|ZFIN ID: ZDB-PUB-100211-18|
Ghrelin affects carbohydrate-glycogen metabolism via insulin inhibition and glucagon stimulation in the zebrafish (Danio rerio) brain
Cruz, S.A., Tseng, Y.C., Kaiya, H., Hwang, P.P., Cruz, S.A., Hwang, P.P., Kaiya, H., Tseng, Y.C., and Hwang, P.P.
|Source:||Comparative biochemistry and physiology. Part A, Molecular & integrative physiology 156(2): 190-200 (Journal)|
|Registered Authors:||Cruz, Shelly, Hwang, Pung Pung, Tseng, Yung-Che|
|Keywords:||Brain, Ghrelin, Glucagon, Glycogen growth hormone secretagogue receptor, Insulin|
|PubMed:||20138234 Full text @ Comp. Biochem. Physiol. A Mol. Integr. Physiol.|
Cruz, S.A., Tseng, Y.C., Kaiya, H., Hwang, P.P., Cruz, S.A., Hwang, P.P., Kaiya, H., Tseng, Y.C., and Hwang, P.P. (2010) Ghrelin affects carbohydrate-glycogen metabolism via insulin inhibition and glucagon stimulation in the zebrafish (Danio rerio) brain. Comparative biochemistry and physiology. Part A, Molecular & integrative physiology. 156(2):190-200.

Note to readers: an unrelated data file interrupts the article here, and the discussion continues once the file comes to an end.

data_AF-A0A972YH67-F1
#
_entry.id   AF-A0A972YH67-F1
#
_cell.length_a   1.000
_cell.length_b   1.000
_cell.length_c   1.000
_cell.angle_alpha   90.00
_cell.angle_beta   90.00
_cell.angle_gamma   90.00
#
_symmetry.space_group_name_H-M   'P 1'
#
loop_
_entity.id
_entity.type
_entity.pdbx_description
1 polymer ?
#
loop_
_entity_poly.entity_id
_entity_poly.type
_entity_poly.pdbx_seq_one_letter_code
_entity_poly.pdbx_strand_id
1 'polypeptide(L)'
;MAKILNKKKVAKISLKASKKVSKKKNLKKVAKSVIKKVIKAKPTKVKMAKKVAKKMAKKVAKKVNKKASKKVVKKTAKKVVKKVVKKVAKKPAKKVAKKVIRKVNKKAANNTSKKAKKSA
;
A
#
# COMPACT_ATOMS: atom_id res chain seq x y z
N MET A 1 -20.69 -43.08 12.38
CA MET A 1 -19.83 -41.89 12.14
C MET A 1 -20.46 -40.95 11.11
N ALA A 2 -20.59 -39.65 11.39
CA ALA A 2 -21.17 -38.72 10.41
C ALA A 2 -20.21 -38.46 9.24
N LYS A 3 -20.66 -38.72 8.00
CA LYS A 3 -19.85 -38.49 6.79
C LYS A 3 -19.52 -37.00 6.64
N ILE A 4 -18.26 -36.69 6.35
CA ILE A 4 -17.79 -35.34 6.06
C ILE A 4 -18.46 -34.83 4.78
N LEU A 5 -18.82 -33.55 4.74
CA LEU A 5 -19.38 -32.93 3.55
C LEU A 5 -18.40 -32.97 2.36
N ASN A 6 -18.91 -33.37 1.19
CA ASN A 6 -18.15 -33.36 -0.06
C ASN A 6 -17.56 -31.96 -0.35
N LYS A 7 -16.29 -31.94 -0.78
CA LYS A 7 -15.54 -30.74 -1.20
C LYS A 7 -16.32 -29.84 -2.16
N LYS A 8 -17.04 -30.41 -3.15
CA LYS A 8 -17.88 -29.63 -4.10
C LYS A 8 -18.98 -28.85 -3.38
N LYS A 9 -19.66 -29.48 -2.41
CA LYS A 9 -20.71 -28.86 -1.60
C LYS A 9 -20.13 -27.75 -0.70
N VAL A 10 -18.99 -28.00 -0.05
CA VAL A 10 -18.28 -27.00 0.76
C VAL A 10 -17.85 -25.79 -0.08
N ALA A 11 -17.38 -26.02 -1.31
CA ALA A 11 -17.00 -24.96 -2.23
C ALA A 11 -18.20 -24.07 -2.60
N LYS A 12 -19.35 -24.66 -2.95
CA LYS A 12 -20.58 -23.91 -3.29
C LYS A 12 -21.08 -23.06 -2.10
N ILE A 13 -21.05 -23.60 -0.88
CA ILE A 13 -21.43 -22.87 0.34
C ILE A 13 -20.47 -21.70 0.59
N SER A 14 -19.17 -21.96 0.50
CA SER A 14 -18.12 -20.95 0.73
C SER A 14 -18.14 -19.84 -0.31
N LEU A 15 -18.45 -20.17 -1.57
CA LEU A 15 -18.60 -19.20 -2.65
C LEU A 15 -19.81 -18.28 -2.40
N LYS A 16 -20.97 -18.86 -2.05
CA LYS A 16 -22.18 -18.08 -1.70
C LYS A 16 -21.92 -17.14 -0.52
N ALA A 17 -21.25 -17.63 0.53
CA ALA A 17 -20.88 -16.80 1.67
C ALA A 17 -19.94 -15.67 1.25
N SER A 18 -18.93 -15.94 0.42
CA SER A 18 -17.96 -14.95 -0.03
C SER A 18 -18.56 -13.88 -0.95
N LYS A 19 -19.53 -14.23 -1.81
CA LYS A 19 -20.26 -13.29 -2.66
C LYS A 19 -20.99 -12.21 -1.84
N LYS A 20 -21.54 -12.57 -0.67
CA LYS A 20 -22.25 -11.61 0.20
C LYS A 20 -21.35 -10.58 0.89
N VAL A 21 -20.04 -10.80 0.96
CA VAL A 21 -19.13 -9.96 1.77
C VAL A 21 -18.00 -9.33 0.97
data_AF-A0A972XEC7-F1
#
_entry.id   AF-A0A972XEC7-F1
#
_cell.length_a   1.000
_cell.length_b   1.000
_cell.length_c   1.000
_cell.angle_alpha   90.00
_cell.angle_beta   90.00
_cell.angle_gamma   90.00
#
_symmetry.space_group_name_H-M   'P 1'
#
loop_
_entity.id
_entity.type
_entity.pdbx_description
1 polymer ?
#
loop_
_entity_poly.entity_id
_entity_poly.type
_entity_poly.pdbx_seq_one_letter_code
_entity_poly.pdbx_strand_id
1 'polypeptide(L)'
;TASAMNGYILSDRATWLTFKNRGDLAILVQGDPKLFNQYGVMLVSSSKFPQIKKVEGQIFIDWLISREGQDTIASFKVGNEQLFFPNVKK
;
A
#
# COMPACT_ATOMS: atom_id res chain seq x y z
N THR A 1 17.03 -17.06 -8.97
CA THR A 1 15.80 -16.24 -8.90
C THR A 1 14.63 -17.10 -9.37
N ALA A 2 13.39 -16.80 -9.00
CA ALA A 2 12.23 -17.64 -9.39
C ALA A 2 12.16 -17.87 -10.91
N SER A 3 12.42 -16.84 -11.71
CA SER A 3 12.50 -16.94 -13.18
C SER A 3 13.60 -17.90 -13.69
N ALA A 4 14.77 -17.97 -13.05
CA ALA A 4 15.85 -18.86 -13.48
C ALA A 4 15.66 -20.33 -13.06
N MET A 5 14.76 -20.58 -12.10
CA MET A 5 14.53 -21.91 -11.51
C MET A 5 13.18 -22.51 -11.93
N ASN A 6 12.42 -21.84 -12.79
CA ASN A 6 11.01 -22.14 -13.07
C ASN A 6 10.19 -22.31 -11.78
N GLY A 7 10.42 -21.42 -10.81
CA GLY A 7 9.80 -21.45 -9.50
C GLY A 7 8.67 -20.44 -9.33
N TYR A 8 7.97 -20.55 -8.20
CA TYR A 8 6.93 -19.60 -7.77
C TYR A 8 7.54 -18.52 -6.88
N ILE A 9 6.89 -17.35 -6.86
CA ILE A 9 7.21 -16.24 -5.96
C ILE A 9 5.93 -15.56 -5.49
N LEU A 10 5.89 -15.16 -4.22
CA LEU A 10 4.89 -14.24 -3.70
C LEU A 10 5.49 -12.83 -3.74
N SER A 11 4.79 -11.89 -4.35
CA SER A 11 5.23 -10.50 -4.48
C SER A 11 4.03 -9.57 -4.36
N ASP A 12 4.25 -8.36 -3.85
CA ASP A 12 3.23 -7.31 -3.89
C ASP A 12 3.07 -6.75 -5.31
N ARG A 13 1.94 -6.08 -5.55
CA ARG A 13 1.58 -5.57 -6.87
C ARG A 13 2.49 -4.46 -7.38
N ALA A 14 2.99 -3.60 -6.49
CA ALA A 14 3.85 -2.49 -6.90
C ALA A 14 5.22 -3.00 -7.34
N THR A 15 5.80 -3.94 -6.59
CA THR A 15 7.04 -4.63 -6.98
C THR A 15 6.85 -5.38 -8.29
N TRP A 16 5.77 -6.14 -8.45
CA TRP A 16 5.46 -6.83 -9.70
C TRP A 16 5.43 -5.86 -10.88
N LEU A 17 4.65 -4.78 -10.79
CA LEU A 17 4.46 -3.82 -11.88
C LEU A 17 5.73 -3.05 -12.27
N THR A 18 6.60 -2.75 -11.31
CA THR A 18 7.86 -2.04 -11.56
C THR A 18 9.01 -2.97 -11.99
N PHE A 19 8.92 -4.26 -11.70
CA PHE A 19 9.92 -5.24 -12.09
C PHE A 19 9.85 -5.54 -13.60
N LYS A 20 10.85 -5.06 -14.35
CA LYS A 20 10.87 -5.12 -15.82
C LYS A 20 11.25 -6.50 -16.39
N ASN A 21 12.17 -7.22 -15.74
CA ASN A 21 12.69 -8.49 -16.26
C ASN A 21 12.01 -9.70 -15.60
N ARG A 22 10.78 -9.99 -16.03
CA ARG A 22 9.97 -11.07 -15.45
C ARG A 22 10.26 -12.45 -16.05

ABSTRACTCarbohydrate-glycogen metabolism (CGM) is critical for emergency energy supplies in the central nervous system (CNS). Ghrelin (GHRL) in pancreas is known to significantly regulate a dominant player in CGM, insulin (INS). However, its regulatory effect on extrapancreatic INS synthesis is yet unknown. In this study, we used adult zebrafish to elucidate the expression and role of zebrafish GHRL (zGHRL) in genes primarily involved in the brain's CGM. Results showed that zebrafish brain expressed zghrl and its receptor, growth hormone secretagogue-receptor (GHS-R: zghs-r1a and zghs-r2a), according to RT-PCR and in situ hybridization. Protein localization coupled with mRNA spatial expression further verified zGHRL's presence in the brain. For the in vivo study, significant increases in zghs-r1a and zghs-r2a synthesis were observed after injection of synthetic peptide goldfish GHRL-12 (gGHRL) using brain templates analyzed by quantitative real time-PCR (qPCR). Ligand-receptor synthesis of INS (zinsa; zins-r1 and zins-r2) significantly decreased, while glucagon (GCG) (zgcgb1 and zgcgb2; zgcg-r1 and zgcg-r2) exhibited a significant transient increase. In CGM, subsequent processes indicate urgent glucose-sensing response that will balance glycogen degradation and energy storage. Taken together, these findings suggest that GHRL regulates INS synthesis by mediating its action on GHS-R in the CNS and partly involved in CGM.